HONOLULU (KHNL) - The numbers 0013 are beginning to appear all over the state. It's part of new campaign to crack down on underage drinking.
Hawaii is one of only four states to receive a federal grant to address the issue.
The Baclaan sisters know first hand about the dangers of underage drinking.
"A lot of my friends in high school, they had parties and they went drinking, done a lot of illegal stuff," said 18-year-old Autumn Baclaan.
"I've seen violence. I've seen people get hurt. I've seen people get sick. And that is not a pretty sight at all," said 21-year-old Summer Baclaan.
Last July, a Roosevelt High School student died from alcohol poisoning. 15-year-old Makamae Ah Mook Sang's blood alcohol level was five times the legal limit for driving.
At JJ Dolan's is a new effort to combat underaged drinking. The Chinatown restaurant/bar is one of several businesses teaming up with the Department of Defense Enforcement of Underage Drinking Laws (EUDL) project in Hawaii.
"Throughout the years, you see the fake ID's, there used to be down in Waikiki, you used to stick your face in the thing and have an instant Hawaii driver's license," said Jay Neibuhr, co-owner of JJ Dolan's.
"You see my t-shirt? What we've done is we're taking this equation right here and we're using it to define responsible drinking," said Kevin Schmidt, EUDL Program Manager.
Here's the concept behind the 0013 program:
0 = zero underage drinking
0 = zero DUI's or alcohol-related violations.
1 = 1 drink per hour*
3 = 3 drinks max*
*age 21 and over
Schmidt says the 0013 equation is based on science. For example, Schmidt says the latest research shows that the young adult's mind is not fully developed until about age 22, so waiting until 21 to drink minimizes any health risks associated with alcohol.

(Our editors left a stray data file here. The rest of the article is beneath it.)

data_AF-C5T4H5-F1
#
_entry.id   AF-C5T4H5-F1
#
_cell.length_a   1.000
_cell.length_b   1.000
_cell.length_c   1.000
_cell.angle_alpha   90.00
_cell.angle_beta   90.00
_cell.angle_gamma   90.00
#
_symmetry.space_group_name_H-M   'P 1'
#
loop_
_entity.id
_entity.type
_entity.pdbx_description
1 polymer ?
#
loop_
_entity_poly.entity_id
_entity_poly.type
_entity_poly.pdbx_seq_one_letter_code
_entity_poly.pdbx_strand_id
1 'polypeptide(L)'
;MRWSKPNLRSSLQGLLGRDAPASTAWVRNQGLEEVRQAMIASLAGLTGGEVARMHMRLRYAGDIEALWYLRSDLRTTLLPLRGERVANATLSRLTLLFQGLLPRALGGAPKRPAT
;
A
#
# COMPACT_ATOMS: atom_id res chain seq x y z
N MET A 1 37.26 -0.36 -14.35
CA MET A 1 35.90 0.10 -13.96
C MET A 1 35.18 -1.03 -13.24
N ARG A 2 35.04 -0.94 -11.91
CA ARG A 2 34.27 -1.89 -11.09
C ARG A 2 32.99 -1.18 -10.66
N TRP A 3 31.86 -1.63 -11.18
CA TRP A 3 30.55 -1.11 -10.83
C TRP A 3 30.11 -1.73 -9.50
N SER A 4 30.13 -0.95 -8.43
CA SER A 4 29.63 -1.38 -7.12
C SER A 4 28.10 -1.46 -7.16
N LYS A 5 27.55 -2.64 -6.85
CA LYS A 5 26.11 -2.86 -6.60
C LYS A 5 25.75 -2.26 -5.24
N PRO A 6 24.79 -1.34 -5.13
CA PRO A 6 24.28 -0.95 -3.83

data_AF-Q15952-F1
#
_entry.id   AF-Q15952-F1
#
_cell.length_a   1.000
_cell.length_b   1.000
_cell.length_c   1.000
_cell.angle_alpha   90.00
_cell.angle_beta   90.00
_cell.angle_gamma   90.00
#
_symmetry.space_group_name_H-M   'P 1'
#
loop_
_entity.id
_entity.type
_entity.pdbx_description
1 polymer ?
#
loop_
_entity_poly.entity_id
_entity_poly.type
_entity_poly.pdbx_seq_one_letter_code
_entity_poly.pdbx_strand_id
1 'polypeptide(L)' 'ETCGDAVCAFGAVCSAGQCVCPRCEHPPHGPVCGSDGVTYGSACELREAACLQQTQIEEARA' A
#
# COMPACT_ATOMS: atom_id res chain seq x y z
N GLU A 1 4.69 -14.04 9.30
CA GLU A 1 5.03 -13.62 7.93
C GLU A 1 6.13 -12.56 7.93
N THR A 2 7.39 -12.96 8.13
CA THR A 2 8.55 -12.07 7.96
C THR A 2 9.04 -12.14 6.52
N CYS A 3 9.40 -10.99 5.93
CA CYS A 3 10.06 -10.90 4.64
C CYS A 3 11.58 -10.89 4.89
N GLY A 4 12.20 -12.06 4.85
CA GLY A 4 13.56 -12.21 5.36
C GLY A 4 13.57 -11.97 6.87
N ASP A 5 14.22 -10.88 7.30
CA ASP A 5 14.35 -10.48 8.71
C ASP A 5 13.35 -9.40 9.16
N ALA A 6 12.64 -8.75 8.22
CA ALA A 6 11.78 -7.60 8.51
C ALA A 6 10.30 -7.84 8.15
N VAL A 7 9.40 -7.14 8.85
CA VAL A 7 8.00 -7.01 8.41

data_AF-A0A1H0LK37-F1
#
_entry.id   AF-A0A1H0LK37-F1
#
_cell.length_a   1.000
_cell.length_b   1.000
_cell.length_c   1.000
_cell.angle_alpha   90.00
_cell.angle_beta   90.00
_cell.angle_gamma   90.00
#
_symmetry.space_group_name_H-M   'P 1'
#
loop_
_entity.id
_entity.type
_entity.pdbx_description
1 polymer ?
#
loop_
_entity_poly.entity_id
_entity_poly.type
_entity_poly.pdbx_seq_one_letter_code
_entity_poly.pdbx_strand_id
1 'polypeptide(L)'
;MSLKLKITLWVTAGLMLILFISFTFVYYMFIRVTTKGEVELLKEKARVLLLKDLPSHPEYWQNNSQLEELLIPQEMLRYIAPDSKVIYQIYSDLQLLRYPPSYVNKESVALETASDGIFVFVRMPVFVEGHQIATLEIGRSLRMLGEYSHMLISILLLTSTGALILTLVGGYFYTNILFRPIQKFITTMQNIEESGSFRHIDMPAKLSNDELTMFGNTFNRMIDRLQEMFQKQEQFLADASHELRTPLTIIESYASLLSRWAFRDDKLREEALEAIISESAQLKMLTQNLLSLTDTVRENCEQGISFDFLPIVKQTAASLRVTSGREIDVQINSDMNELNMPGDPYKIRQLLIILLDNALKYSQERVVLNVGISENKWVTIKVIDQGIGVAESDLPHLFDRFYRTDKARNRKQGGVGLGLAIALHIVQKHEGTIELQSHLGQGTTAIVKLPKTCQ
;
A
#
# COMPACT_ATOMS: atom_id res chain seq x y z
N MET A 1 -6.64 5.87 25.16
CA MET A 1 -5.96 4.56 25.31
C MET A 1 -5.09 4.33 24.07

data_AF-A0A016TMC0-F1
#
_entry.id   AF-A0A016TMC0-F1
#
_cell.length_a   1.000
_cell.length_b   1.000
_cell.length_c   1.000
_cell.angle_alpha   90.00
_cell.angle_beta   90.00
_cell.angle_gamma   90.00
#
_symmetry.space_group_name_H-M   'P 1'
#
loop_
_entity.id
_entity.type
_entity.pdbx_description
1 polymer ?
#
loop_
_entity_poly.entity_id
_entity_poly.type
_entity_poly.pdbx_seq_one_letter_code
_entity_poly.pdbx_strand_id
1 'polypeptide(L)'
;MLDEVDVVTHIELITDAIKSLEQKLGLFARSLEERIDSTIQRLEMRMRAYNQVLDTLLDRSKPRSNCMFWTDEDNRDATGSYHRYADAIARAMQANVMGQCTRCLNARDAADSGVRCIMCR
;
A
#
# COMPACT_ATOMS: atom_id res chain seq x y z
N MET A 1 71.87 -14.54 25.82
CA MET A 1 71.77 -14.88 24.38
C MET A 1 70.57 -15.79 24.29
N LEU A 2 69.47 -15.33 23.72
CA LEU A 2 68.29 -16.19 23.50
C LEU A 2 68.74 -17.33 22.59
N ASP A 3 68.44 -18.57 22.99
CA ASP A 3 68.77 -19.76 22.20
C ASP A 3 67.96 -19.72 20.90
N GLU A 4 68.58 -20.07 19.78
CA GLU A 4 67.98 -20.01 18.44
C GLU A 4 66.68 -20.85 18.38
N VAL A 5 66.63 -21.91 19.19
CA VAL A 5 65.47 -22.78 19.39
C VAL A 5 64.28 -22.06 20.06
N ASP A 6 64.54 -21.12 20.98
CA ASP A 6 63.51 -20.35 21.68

Also, one drink per hour is how much an average person's liver can process.
And limiting yourself to three drinks will likely keep your blood alcohol content below the legal limit.
"Now at no time do we ever recommend getting behind the wheel. We're not saying if you just limit yourself to three drinks you're safe to drive - no," said Schmidt.
Instead, Schmidt says it's about driving these numbers, 0013, into young minds, to prevent them from becoming a tragic statistic.
The federal grant funds the EUDL project in Hawaii, and the 0013 program.
They include workshops and seminars in schools, plus a promotional campaign to raise awareness, as well as working with police to enforce Hawaii's alcohol laws.
Schmidt says in 2007, Hawaii was ranked as the top state in the country for alcohol-related deaths involving at least one legally intoxicated driver.